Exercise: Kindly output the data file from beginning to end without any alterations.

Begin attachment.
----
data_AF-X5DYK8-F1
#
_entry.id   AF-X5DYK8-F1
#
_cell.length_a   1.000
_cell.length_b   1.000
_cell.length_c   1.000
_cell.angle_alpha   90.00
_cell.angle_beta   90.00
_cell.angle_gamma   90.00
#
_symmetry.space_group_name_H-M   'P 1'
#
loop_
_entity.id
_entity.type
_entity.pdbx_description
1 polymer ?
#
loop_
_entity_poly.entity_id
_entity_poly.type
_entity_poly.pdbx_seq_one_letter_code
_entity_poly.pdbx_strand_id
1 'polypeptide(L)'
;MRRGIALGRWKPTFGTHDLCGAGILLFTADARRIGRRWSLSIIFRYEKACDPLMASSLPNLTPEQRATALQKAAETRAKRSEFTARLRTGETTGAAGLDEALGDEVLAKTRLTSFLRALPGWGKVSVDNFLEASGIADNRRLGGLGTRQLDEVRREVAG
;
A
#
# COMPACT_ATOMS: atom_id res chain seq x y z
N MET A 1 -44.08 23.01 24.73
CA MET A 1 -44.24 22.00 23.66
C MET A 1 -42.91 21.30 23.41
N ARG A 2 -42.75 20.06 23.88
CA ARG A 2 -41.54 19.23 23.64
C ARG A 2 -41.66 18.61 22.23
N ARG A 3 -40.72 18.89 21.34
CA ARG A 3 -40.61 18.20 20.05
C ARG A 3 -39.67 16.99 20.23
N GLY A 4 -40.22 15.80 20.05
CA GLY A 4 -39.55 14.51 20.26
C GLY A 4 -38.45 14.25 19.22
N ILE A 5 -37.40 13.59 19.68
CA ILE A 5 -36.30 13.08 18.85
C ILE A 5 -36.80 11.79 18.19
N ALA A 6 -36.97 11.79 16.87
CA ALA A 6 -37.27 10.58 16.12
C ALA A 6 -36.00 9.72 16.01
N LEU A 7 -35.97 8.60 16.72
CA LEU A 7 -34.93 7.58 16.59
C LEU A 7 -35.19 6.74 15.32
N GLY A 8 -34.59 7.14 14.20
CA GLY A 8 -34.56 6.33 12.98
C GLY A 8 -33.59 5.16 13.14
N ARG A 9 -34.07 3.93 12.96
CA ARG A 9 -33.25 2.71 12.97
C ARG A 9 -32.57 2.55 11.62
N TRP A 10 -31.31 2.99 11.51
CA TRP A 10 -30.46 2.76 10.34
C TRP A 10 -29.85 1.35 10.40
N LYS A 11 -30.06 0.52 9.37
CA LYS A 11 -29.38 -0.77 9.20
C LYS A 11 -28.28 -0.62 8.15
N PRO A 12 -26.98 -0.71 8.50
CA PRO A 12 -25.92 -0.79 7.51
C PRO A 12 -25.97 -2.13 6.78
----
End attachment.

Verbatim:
data_AF-X5DYK8-F1
#
_entry.id   AF-X5DYK8-F1
#
_cell.length_a   1.000
_cell.length_b   1.000
_cell.length_c   1.000
_cell.angle_alpha   90.00
_cell.angle_beta   90.00
_cell.angle_gamma   90.00
#
_symmetry.space_group_name_H-M   'P 1'
#
loop_
_entity.id
_entity.type
_entity.pdbx_description
1 polymer ?
#
loop_
_entity_poly.entity_id
_entity_poly.type
_entity_poly.pdbx_seq_one_letter_code
_entity_poly.pdbx_strand_id
1 'polypeptide(L)'
;MRRGIALGRWKPTFGTHDLCGAGILLFTADARRIGRRWSLSIIFRYEKACDPLMASSLPNLTPEQRATALQKAAETRAKRSEFTARLRTGETTGAAGLDEALGDEVLAKTRLTSFLRALPGWGKVSVDNFLEASGIADNRRLGGLGTRQLDEVRREVAG
;
A
#
# COMPACT_ATOMS: atom_id res chain seq x y z
N MET A 1 -44.08 23.01 24.73
CA MET A 1 -44.24 22.00 23.66
C MET A 1 -42.91 21.30 23.41
N ARG A 2 -42.75 20.06 23.88
CA ARG A 2 -41.54 19.23 23.64
C ARG A 2 -41.66 18.61 22.23
N ARG A 3 -40.72 18.89 21.34
CA ARG A 3 -40.61 18.20 20.05
C ARG A 3 -39.67 16.99 20.23
N GLY A 4 -40.22 15.80 20.05
CA GLY A 4 -39.55 14.51 20.26
C GLY A 4 -38.45 14.25 19.22
N ILE A 5 -37.40 13.59 19.68
CA ILE A 5 -36.30 13.08 18.85
C ILE A 5 -36.80 11.79 18.19
N ALA A 6 -36.97 11.79 16.87
CA ALA A 6 -37.27 10.58 16.12
C ALA A 6 -36.00 9.72 16.01
N LEU A 7 -35.97 8.60 16.72
CA LEU A 7 -34.93 7.58 16.59
C LEU A 7 -35.19 6.74 15.32
N GLY A 8 -34.59 7.14 14.20
CA GLY A 8 -34.56 6.33 12.98
C GLY A 8 -33.59 5.16 13.14
N ARG A 9 -34.07 3.93 12.96
CA ARG A 9 -33.25 2.71 12.97
C ARG A 9 -32.57 2.55 11.62
N TRP A 10 -31.31 2.99 11.51
CA TRP A 10 -30.46 2.76 10.34
C TRP A 10 -29.85 1.35 10.40
N LYS A 11 -30.06 0.52 9.37
CA LYS A 11 -29.38 -0.77 9.20
C LYS A 11 -28.28 -0.62 8.15
N PRO A 12 -26.98 -0.71 8.50
CA PRO A 12 -25.92 -0.79 7.51
C PRO A 12 -25.97 -2.13 6.78